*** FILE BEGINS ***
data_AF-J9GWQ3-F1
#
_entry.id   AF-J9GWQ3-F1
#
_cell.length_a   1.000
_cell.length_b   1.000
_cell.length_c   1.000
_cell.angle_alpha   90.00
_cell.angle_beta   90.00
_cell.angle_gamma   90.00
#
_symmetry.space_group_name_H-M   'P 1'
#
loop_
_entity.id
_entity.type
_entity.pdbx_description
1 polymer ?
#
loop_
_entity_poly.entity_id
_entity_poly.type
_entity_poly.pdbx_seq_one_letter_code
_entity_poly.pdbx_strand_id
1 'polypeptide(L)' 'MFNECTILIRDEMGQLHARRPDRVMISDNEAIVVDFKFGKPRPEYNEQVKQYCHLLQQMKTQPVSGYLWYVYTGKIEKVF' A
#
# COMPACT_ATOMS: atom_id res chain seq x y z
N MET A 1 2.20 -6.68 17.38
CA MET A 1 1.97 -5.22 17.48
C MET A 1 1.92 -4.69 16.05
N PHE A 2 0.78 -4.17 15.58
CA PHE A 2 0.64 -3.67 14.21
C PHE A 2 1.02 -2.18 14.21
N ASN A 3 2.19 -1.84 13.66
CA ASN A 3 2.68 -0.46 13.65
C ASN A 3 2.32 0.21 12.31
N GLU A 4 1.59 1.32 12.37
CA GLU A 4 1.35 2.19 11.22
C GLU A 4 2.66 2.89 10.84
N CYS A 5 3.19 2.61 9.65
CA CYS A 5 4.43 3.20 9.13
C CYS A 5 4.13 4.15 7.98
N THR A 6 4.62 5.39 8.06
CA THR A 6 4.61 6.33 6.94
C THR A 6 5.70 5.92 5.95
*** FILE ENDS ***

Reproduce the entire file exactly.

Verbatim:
data_AF-J9GWQ3-F1
#
_entry.id   AF-J9GWQ3-F1
#
_cell.length_a   1.000
_cell.length_b   1.000
_cell.length_c   1.000
_cell.angle_alpha   90.00
_cell.angle_beta   90.00
_cell.angle_gamma   90.00
#
_symmetry.space_group_name_H-M   'P 1'
#
loop_
_entity.id
_entity.type
_entity.pdbx_description
1 polymer ?
#
loop_
_entity_poly.entity_id
_entity_poly.type
_entity_poly.pdbx_seq_one_letter_code
_entity_poly.pdbx_strand_id
1 'polypeptide(L)' 'MFNECTILIRDEMGQLHARRPDRVMISDNEAIVVDFKFGKPRPEYNEQVKQYCHLLQQMKTQPVSGYLWYVYTGKIEKVF' A
#
# COMPACT_ATOMS: atom_id res chain seq x y z
N MET A 1 2.20 -6.68 17.38
CA MET A 1 1.97 -5.22 17.48
C MET A 1 1.92 -4.69 16.05
N PHE A 2 0.78 -4.17 15.58
CA PHE A 2 0.64 -3.67 14.21
C PHE A 2 1.02 -2.18 14.21
N ASN A 3 2.19 -1.84 13.66
CA ASN A 3 2.68 -0.46 13.65
C ASN A 3 2.32 0.21 12.31
N GLU A 4 1.59 1.32 12.37
CA GLU A 4 1.35 2.19 11.22
C GLU A 4 2.66 2.89 10.84
N CYS A 5 3.19 2.61 9.65
CA CYS A 5 4.43 3.20 9.13
C CYS A 5 4.13 4.15 7.98
N THR A 6 4.62 5.39 8.06
CA THR A 6 4.61 6.33 6.94
C THR A 6 5.70 5.92 5.95